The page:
A majority of Canada’s biggest public companies, including its largest emitters, now tie some portion of executive pay to achieving environmental, social and governance targets, but some industries are embracing the practice more than others, a study by the law firm Fasken Martineau DuMoulin LLP has found.
The survey revealed that 68 per cent of companies in the S&P/TSX 60 Index of large corporations offer chief executives and other top brass incentives at least partly based on meeting ESG objectives. Some of those companies are also among 40 high emitters chosen by the institutional investors group Climate Engagement Canada (CEC) as targets to push for tougher emission-reduction goals. Of that list, four-fifths link executive pay to ESG, Fasken found.
Conglomerates, transportation and environmental services, and oil and gas are leading sectors in linking compensation to ESG targets, with metals and minerals as well as financial services not far behind. The laggards are companies in industrial products and technology, with just 20 per cent adopting the practice, according to the survey.
The findings are among several in a report on ESG disclosure and governance practices in corporate Canada that shows how companies and their boards are prioritizing such issues as carbon reduction, biodiversity and water use, employee retention and Indigenous engagement and reconciliation. The survey shows industry is taking sustainability seriously, even as inflation, rising interest rates and worker shortages bring turmoil to the economy, and as ESG claims come under increased regulatory and public scrutiny.
Boards of directors and their compensation committees have long rewarded executives for financial achievements, including meeting profit and debt-reduction goals. Now, companies that do not include ESG goals in performance-based incentives could soon find themselves taking heat from investors who are themselves seeking to reduce risks that are non-financial but still material.
Ultimately, the ability to document progress with improving ESG metrics will influence the ability of companies to tap markets for financing when needed, said Gordon Raman, chair of Fasken’s ESG practice and co-author of the report.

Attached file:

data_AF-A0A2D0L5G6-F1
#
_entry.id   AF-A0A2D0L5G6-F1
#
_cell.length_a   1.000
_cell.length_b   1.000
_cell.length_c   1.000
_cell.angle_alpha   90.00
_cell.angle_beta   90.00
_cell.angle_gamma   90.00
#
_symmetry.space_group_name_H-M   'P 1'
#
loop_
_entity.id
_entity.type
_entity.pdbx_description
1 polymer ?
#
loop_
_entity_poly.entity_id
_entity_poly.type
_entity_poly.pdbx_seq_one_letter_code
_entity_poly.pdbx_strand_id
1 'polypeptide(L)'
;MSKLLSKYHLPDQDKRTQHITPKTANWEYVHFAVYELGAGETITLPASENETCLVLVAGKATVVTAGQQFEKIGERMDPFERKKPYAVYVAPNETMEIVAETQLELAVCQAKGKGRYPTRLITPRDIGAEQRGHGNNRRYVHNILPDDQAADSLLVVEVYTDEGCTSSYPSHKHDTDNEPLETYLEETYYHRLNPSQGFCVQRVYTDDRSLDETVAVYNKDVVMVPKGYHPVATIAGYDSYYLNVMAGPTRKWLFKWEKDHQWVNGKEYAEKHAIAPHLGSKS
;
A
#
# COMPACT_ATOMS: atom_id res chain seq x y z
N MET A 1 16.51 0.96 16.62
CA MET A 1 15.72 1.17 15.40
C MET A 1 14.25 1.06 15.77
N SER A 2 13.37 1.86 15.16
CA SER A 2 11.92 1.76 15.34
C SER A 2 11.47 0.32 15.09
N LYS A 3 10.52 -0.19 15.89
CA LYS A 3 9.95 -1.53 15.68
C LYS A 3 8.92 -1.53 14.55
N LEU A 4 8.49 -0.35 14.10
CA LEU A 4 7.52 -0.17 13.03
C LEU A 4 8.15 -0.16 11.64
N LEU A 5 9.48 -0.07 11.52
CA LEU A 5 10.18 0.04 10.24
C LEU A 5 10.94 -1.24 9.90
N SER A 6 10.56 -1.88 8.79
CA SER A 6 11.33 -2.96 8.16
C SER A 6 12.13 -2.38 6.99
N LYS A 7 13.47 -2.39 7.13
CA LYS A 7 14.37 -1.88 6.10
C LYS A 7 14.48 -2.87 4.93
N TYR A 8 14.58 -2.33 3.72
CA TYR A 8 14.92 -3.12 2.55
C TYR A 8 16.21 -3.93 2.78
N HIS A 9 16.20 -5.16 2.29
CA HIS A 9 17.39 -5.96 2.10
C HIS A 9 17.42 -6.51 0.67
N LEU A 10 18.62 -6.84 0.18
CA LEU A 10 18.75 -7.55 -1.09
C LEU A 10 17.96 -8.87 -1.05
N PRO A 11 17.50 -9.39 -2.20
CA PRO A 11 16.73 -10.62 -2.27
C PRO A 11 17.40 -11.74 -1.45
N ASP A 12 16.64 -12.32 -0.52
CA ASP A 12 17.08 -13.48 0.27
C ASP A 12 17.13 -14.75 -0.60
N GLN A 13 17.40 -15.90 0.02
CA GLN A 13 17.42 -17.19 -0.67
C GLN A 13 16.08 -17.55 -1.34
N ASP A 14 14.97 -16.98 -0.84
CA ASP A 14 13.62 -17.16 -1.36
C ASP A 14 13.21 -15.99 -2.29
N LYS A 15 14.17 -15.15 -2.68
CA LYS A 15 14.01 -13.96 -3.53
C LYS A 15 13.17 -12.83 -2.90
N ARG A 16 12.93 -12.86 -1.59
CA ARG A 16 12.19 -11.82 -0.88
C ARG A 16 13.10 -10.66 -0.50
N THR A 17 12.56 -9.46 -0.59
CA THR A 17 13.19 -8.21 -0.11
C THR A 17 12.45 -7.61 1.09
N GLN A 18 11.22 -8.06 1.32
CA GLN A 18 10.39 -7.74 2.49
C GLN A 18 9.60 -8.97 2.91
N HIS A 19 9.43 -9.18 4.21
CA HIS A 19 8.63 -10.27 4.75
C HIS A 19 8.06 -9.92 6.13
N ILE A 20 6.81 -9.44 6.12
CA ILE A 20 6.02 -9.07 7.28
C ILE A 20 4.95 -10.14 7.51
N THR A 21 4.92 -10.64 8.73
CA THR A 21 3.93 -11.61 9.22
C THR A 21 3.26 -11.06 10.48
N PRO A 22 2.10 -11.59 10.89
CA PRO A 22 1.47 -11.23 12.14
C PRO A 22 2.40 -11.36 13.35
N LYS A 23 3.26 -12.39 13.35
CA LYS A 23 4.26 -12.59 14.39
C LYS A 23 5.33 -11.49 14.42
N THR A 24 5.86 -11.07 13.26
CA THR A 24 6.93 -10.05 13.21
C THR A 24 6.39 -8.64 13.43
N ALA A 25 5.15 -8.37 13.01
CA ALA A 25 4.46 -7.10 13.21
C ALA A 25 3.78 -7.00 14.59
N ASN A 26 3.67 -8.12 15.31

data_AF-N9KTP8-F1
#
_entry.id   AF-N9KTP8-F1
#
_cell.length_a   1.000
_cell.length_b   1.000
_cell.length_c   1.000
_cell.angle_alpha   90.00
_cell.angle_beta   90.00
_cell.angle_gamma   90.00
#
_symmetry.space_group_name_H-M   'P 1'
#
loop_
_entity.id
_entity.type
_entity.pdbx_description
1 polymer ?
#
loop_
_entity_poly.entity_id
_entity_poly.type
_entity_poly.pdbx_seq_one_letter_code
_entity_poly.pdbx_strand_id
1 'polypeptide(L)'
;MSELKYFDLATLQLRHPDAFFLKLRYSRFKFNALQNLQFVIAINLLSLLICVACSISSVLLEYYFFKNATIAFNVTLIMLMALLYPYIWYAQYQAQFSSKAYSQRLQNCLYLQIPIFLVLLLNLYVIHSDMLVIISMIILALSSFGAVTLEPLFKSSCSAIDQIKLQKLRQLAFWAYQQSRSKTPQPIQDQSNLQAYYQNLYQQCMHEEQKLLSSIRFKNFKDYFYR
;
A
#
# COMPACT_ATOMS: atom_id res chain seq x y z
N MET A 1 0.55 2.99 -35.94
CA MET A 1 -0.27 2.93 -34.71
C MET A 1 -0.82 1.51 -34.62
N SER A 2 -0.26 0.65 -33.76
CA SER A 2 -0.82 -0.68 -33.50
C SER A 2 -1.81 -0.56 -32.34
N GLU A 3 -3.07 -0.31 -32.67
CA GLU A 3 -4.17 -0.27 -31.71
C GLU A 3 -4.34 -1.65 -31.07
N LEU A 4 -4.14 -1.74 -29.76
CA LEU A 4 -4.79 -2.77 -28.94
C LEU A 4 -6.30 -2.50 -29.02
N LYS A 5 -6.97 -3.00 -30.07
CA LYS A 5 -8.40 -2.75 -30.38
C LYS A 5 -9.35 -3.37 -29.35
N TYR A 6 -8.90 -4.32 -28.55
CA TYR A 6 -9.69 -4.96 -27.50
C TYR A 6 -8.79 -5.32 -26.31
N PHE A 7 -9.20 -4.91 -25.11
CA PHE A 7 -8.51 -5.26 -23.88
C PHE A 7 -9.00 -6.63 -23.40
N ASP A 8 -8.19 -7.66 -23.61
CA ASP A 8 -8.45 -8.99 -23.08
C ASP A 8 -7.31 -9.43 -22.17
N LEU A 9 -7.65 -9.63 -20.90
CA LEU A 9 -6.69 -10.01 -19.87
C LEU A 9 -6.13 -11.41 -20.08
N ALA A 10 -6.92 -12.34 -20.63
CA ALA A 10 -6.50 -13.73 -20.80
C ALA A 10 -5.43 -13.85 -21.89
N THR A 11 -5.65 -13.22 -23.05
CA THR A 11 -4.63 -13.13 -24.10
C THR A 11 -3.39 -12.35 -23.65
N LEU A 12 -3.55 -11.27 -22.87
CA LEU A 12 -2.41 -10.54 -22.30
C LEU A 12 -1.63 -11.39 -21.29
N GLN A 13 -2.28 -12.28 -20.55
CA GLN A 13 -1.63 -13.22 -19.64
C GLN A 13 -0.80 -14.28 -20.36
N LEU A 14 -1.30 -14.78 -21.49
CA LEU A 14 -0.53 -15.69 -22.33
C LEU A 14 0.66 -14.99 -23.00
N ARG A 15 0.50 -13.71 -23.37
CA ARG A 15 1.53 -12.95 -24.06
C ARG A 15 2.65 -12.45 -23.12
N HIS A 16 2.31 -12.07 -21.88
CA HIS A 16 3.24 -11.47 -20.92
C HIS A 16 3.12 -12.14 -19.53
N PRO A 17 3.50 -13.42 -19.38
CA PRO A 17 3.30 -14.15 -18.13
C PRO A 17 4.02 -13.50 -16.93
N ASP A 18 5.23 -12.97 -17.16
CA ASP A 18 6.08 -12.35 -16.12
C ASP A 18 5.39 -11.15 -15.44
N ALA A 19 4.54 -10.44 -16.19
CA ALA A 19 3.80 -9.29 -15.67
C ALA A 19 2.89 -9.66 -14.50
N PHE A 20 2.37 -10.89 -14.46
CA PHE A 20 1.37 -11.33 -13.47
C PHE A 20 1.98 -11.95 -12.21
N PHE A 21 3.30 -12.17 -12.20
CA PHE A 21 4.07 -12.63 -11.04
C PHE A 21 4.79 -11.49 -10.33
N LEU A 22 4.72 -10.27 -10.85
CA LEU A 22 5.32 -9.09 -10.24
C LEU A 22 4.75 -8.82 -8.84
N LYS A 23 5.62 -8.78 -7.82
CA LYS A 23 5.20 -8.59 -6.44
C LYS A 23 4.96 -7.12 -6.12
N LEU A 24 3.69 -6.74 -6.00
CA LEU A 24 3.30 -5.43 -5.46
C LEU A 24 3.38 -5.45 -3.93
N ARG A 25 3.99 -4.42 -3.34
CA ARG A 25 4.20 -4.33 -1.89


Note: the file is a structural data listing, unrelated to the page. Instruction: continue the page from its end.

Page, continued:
“Particularly the larger companies – they spend a lot of time focused on investor engagement. And a lot of the things they’re doing are getting out ahead of what investors may want. It goes fundamentally right back to access to capital,” Mr. Raman said in an interview.
Many voluntary ESG measures, especially those involving disclosure of climate-related data, are on track to become mandatory as regulators such as the Canadian Securities Administrators and U.S. Securities and Exchange Commission finalize new rules. However, investors are already influencing corporate practices. “Investors are asking for these things. Investors want to be able to understand these issues, and companies are reacting,” he said.
The emphasis on ESG targets among the large emitters is not a surprise, given the importance placed on decarbonization in the economy by governments and within capital markets. Several major institutional investors, including asset managers and pension funds, formed CEC last year to influence those companies to improve their greenhouse-gas-reduction performance and disclosure practices. The group drew up a focus list of 40 companies in oil and gas, utilities, mining, transport and consumer goods, as well as food, agriculture and other industrials.
The Fasken study points out that companies are adopting a wide range of practices for rewarding chief executives for progress on ESG measures. In at least half the companies that prioritize ESG, the metrics are incorporated with other non-financial goals such as improving customer experience, as opposed to being a standalone incentive.
In addition, such goals are most often tied to short-term pay incentives, including annual bonuses, rather than long-term rewards such as stock options. This, despite the long-term nature of climate-related goals, which often include a series of interim carbon-reduction targets on a path to achieving net zero. Many corporate long-term targets align with the Paris Agreement target of net-zero emissions by 2050.
“It makes sense that you would tie compensation to some of those short-term metrics,” Mr. Raman said. “Companies are doing that because they’re actually paying attention to these things in the short term, they are trying to get traction in the short term.”